I sat and watched with Hetherington and his wife, Kath, who has forgotten more about rugby league than I will ever get around to knowing. However over 80 minutes of action, a bag of Yorkshire Mix sweets and with the generous use of her time and knowledge, she was able to educate me on the whys and wherefores of the sport.
Rugby league is a sport I know, and I have watched for over half a century, live at the stadiums, or on the television, as a broadcaster, viewer and supporter.
However, I do not profess to be a fount of knowledge or know-how on the game. And if some mischief-maker wants to catch me out on who did what when, then they will find it easy to do. That’s not what I’ve come into the sport to prove. It is to try and help it continue to progress, give it a stronger voice and to add the value of my experience garnered at the top of two competitive industries, to the existing talent and hard work that is spread across the governing body and the game as a whole.
My next stop last weekend was Saturday tea-time, and St Helens versus Huddersfield. Chairman, Eamonn McManus, enthusiastically showed me a match report from the club’s first-ever game. It was a pointless match. The Saints crossed the line four times but missed the resulting kicks. He explained that in those days crossing the line then gave teams an opportunity to ‘try’ to score with a conversion. The word ‘try’ had subsequently become synonymous with the sport.
I was able to counter by telling him the word ‘soccer’ had come from breaking down the word ‘association’ as in association football. Good pre-match stuff.
The match itself proved more trying than try-scoring for Eamonn and St Helens who got thumped by a fitter and stronger Huddersfield team.
Still, their late try and a rallying cry of ‘Always Look on the Bright Side of Life’ sent the Saints fans home from their impressive Langtree Park ground with some late optimism.
Sunday, and it was back to London, for Widnes’ opening game of the season against the London Broncos. The Vikings won in some style and the big support that followed them to the capital were in good voice throughout. I also had time to share ‘Istanbul’ stories with their chairman and big Liverpool fan, Steve O’Connor.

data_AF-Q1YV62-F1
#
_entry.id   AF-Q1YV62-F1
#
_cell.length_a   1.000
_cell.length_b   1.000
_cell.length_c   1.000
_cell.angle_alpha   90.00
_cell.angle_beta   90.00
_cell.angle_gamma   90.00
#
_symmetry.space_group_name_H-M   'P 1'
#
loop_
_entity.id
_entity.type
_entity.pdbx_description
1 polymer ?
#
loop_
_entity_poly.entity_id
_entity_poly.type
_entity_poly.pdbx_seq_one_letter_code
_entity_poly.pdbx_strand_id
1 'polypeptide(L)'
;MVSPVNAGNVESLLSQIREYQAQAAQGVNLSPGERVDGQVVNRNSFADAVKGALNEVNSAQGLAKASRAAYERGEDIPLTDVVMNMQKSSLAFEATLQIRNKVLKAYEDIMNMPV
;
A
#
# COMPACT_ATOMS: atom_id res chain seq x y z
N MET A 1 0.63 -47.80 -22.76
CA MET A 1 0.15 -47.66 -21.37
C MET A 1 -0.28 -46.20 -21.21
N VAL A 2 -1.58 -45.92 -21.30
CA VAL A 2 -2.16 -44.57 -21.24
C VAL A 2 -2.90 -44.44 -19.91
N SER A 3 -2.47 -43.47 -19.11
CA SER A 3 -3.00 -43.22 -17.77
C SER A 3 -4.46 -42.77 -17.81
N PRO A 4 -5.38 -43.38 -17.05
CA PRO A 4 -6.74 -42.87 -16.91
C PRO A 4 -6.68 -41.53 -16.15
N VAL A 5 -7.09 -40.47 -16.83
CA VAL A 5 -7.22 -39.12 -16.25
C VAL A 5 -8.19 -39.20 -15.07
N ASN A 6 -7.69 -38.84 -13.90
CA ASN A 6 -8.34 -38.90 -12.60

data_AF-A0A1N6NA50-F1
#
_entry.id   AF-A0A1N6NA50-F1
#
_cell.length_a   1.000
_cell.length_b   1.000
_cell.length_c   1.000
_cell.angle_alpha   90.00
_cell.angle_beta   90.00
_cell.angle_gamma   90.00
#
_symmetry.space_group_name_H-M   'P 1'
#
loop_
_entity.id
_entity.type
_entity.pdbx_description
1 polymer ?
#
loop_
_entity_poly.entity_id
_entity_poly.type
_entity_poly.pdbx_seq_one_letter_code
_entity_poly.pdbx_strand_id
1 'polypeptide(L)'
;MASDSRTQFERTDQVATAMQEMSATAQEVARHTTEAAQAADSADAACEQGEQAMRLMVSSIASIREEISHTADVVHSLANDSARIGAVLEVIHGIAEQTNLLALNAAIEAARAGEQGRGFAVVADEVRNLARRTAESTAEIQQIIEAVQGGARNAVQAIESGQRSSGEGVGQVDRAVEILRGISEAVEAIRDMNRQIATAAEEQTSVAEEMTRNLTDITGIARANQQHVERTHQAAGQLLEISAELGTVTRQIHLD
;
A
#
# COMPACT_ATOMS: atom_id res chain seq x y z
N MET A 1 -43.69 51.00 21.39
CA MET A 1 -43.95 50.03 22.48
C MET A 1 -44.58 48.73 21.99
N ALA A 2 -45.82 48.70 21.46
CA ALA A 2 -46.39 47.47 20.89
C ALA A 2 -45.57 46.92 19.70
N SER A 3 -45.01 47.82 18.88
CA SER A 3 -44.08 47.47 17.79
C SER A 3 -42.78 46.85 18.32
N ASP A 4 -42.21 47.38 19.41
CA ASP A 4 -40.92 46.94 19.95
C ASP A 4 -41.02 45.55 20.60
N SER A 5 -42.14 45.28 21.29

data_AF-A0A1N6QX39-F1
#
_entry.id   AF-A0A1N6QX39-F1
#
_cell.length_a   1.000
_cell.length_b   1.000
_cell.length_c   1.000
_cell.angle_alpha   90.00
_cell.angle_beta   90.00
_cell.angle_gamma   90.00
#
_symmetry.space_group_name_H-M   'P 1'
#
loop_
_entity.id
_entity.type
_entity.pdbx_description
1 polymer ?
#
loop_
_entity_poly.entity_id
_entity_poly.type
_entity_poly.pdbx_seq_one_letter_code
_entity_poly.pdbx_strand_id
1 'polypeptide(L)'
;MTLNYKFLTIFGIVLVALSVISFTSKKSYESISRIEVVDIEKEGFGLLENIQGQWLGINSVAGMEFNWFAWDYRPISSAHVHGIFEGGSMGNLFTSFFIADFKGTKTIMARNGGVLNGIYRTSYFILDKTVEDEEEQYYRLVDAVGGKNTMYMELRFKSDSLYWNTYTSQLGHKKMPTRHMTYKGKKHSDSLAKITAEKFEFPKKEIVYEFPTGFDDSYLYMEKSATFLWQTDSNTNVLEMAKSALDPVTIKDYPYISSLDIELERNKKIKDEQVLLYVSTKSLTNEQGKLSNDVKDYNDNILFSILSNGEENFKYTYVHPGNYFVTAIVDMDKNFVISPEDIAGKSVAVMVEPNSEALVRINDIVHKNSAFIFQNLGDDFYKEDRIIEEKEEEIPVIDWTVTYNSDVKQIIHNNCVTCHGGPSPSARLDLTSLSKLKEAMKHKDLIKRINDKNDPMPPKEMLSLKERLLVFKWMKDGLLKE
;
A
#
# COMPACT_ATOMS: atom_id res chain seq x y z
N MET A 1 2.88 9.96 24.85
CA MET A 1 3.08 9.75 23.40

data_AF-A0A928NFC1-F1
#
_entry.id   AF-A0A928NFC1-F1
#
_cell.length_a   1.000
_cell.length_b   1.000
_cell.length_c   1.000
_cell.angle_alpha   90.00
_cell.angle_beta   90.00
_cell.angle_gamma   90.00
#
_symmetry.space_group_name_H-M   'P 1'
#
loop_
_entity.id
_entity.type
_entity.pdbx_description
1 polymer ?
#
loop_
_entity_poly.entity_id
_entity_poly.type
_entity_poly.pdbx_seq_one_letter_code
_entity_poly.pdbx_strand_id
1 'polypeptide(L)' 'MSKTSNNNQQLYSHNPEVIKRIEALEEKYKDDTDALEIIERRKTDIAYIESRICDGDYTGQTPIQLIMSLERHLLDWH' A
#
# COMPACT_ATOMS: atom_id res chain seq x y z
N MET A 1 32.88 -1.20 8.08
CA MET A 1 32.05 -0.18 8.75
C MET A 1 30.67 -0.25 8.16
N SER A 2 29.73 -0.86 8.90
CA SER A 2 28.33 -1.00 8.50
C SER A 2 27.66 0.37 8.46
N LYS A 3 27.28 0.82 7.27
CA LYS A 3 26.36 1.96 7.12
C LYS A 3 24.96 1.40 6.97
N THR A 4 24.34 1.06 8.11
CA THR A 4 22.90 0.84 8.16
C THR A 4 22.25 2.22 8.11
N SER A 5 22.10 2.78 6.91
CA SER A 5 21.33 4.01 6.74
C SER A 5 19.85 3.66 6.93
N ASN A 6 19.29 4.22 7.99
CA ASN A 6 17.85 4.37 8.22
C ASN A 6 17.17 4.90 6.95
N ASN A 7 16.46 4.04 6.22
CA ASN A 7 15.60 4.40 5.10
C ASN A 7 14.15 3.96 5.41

Liverpool legend, Kenny Dalglish, was one of dozens of people who made contact to wish me well in my new role – and all of them encouragingly spoke well of the sport itself.
It had been an exhausting but worthwhile three days – and I intend to do plenty more such trips in the months ahead.
I also intend to do more listening than talking but make my talking count when I take rugby league’s message into rooms that sometimes it has found difficult to gain entry.
The game has its issues and challenges but so has every sport by degree. My job is to try and help rugby league enjoy a strong future and maximise the profile of a season that climaxes with the Rugby League World Cup.
David Bernstein, who sent me a warm message of support, has proved at the Football Association that the role of an independent non-executive chairman can be a powerful office for stability or change, as and when needed, and to represent a sport at every level positively in all key aspects and areas.
And I intend to lead the great sport of rugby league from the front – and with a broad smile.